Exclusive: Diplo & Chief Boima Debate The Politics Of Tropical Bass
words and interview by Eddie "STATS"
Okayafrica sat down recently with Diplo and Chief Boima – two leading lights of the movement/moment called tropical bass, global bass or global ghettotech (depending who you ask) to chop it up in earnest about the politics of dance music in 2012. Having pointed followers of @okayafrica to Boima’s essay on “Global Genre Accumulation," we came under some twitter-fire from Diplo ourselves. That minor outbreak of beef (veal, really) created, however, the opportunity for a more, um, fruitful dialogue. We got the two to go deep on the issues at stake in the current globalization of underground music, which parallels economic globalization in ways that are both powerful and sometimes troubling. Read an excerpt from the interview below in which the two touch on kuduro, baile funk and Nigerian pop. Head to Okayplayer for the full article.
STATS: ... Even though there’s all this freedom of exchange, that DJ list still reflects that old world model of some European capital being the center of culture. Take (Lisbon kuduro group) Buraka Som Sistema–they have access that people from Angola don’t. I mean it’s not their fault, they make great music and they try to put a light on Znobia or other Angolan artists…but still it’s recreated, somehow.
Diplo: I mean nobody in Africa reads Mixmag [actually DJ Mag-ed], like maybe a few DJs in Johannesburg. It’s like voting in America, who goes to vote in the polls in November? It’s like old retirees, it’s misrepresented. I’m not even on that list. The people who vote for that are Northern Europeans and Eastern Europeans, like American’s don’t even vote for that list.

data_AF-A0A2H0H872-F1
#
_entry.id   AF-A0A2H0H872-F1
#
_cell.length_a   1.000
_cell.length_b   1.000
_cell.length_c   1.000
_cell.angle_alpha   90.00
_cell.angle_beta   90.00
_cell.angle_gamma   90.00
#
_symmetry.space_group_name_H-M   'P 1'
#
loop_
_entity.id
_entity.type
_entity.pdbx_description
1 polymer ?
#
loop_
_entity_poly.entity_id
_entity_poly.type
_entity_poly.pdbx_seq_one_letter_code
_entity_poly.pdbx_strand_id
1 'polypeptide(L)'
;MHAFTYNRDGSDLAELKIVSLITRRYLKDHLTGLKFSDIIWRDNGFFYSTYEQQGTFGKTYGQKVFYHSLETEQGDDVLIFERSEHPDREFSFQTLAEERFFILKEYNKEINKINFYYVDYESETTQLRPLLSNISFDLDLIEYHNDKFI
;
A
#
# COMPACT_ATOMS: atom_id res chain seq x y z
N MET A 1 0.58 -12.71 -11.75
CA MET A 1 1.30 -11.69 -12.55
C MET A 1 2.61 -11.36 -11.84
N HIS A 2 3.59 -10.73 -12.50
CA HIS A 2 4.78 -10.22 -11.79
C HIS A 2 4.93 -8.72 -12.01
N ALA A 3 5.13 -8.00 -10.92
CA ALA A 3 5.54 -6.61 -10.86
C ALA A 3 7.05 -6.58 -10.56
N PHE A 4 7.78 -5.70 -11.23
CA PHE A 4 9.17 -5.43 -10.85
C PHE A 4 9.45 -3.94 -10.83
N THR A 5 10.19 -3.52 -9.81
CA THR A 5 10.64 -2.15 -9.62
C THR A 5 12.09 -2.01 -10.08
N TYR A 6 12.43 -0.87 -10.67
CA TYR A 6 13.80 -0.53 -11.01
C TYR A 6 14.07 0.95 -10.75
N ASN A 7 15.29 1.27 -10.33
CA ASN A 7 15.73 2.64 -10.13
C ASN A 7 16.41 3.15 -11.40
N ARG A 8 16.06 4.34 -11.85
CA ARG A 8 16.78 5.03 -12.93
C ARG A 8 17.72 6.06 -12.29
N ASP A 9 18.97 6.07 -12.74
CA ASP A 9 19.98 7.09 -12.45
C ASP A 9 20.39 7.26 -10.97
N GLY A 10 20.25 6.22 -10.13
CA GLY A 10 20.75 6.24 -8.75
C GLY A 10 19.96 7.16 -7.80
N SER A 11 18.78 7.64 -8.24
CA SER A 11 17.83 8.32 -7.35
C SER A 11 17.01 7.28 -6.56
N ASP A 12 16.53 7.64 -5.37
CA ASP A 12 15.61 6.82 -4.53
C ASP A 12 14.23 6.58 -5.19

Boima: Well, that list is obviously problematic, off top. What I was trying to draw it into, is–like you said, there’s this world with a little more grey area, like, Yo the internet has freed up all this information, you don’t really have to travel to access it. I don’t want you to think that I don’t travel as well, I worked with musicians in Liberia myself. But the point is there’s still a politics involved in our scene.
Diplo: Can we put a name to this scene we’re talking about?
Boima: It’s not a name, it’s a concept, right? It’s not-the-top-100 Ibiza or Pacha, even Johan (of Radioclitand The Very Best) is producing under the name We Don’t Belong in Pacha. There’s this conscious, against the grain of that old school way of thinking. But what I’m saying is that even amongst all of us, even amongst my homies here in New York, there are separations between us that still exist structurally. Yeah we can go around the world and get similar experiences in New York, Dubai wherever. The thing that people don’t really draw attention to is the fact that folks in Cambodia can’t really get visas to come here, and don’t have the same amount of mobility as we do.
I guess I should mention that my background interest is in development. I’m in that kind of field–went to school for it–to figure out as a DJ, what’s really happening in the world. So that whatever my contribution is, I can start to tackle some of these inequalities that exist.
STATS: But even where those disparities exist–don’t you think that what Wes is doing frees it up more? Don’t you think trying to cross those lines, as people hear the music more…does that contribute to the disparity
Boima: I think there’s a role to play in this introduction, normalizing or mainstreaming ideas of foreign-ness. So from the perspective of Africa: in the 80’s Africa was Eddie Murphy in Coming To America. Now we’re in an era where Africans can be more mainstream-accepted, maybe a D’Banj can be looked at as fitting into this American sense of normalcy. But it’s not really challenging the status quo, the US is still a dominant force culturally.